The story of Abdel Sellou's surprising friendship with aristocrat Philippe Pozzo di Borgo has been told and retold around the world-most recently in the major motion picture The Upside, with comedian and movie star Kevin Hart portraying Abdel and his edgy charm. In this appealing memoir, Sellou shows us the real man behind Kevin Hart's smiling face. The book takes us from his childhood spent stealing candy from the local grocery store, to his career as a pickpocket and scam artist, to his unexpected employment as a companion for a quadriplegic. Sellou tells his story with a stunning amount of talent, humor, style, and-though he denies that he has any-humility.

My Review:

The original title of this book was You Changed My Life, and that’s probably a more accurate description of the contents than the new title. The ways of marketing are clearly mysterious to behold.

No matter what the title, this book is kind of a cross between a buddy-movie and a bromance. It’s already been a movie, The Intouchables, filmed in France where the real story takes place. And it will be again – the American version is titled The Upside and seems to have been filmed in 2017, although I’m not sure it was ever in theaters. Considering that the movie was supposed to have come out in October of 2017 as the Harvey Weinstein scandal was breaking, and that the movie was produced by his company and the new edition of the book was supposed to be published by his publishing company, it’s not really a surprise that things got a bit, let’s call it delayed.

However, the story existed long before either the movie or the scandal. But this true story was originally told by only one of the partners in this bromance. This version, the one that I read, is told by the other. And it isn’t quite as fictionalized as the original movie seems to have been.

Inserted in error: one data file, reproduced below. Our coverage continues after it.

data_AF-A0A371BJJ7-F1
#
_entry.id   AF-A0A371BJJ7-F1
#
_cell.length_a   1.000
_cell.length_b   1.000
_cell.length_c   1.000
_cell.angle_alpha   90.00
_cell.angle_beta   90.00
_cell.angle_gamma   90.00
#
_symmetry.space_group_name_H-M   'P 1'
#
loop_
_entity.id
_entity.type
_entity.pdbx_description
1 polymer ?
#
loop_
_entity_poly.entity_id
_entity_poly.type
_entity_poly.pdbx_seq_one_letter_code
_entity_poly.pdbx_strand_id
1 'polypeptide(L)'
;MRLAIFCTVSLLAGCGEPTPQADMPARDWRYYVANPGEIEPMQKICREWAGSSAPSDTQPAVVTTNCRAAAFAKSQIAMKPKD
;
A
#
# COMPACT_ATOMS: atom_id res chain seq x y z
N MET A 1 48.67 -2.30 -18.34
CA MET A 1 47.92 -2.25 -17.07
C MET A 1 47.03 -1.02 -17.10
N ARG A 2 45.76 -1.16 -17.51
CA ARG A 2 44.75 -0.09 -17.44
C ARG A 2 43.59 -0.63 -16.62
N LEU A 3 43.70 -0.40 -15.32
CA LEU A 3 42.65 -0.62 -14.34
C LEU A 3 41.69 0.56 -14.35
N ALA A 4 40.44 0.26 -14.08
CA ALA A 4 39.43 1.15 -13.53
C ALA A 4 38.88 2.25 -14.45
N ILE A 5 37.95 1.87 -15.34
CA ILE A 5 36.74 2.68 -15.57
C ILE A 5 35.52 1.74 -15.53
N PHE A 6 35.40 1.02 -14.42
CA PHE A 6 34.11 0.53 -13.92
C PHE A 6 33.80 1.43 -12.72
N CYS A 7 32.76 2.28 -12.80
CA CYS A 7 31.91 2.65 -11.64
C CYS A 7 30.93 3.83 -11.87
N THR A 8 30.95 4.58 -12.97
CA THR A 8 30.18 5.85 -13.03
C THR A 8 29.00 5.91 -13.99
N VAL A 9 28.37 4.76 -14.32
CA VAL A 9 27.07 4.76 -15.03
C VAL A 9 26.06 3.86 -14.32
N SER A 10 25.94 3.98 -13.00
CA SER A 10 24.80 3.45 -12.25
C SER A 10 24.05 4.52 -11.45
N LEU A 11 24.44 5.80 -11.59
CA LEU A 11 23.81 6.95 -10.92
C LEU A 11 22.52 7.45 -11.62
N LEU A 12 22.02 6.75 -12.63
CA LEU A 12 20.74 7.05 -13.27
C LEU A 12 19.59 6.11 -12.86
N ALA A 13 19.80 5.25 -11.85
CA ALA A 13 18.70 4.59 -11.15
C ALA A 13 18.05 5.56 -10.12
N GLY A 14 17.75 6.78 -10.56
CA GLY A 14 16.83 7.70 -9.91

Not that the author doesn’t tell plenty of stories on himself, because he certainly does. And he is not the most reliable narrator, not even of his own life. Perhaps especially of his own life.

In 1993, French businessman (and noble) Philippe Pozzo di Borgo was severely injured in a paragliding accident, becoming a quadriplegic. In 1995 he hired Abdel Sellou, the author of this book, as his “life auxiliary” or caregiver.

Sellou was an Algerian immigrant to France, having been given by his Algerian parents to his aunt and uncle in Paris when he was a child. A child who was young enough to adapt but old enough to remember where he came from. And he was given to people who had never been parents and seem to have no idea of how to be parents. Or perhaps its that Abdel had no idea that rules or limits ever applied to him.

By his own account, Sellou grew up fairly wild on the streets of Paris, becoming a thief and a con artist. He saw himself as the king of his little corner of the world, and felt like nothing could stop him, not even jail. As he was always a completely nonviolent offender, jail mostly seemed like a bit of a vacation. The rules never applied to him.

He met “Pozzo” when he was basically scamming the unemployment office. He came to pretend to apply for that job as Pozzo’s life auxiliary. He ended up staying for over ten years in a job he never expected to take, and remained as Pozzo’s unpaid caregiver thereafter.

All of Pozzo’s rich friends were certain that the conman was there to take Pozzo for a ride, and bilk him out of all the money he could manage to scam. It never happened.

Instead, they formed an unlikely but life altering and life sustaining friendship. This is the story of that friendship from Sellou’s point of view (as Pozzo has already told his version of the story in A Second Wind)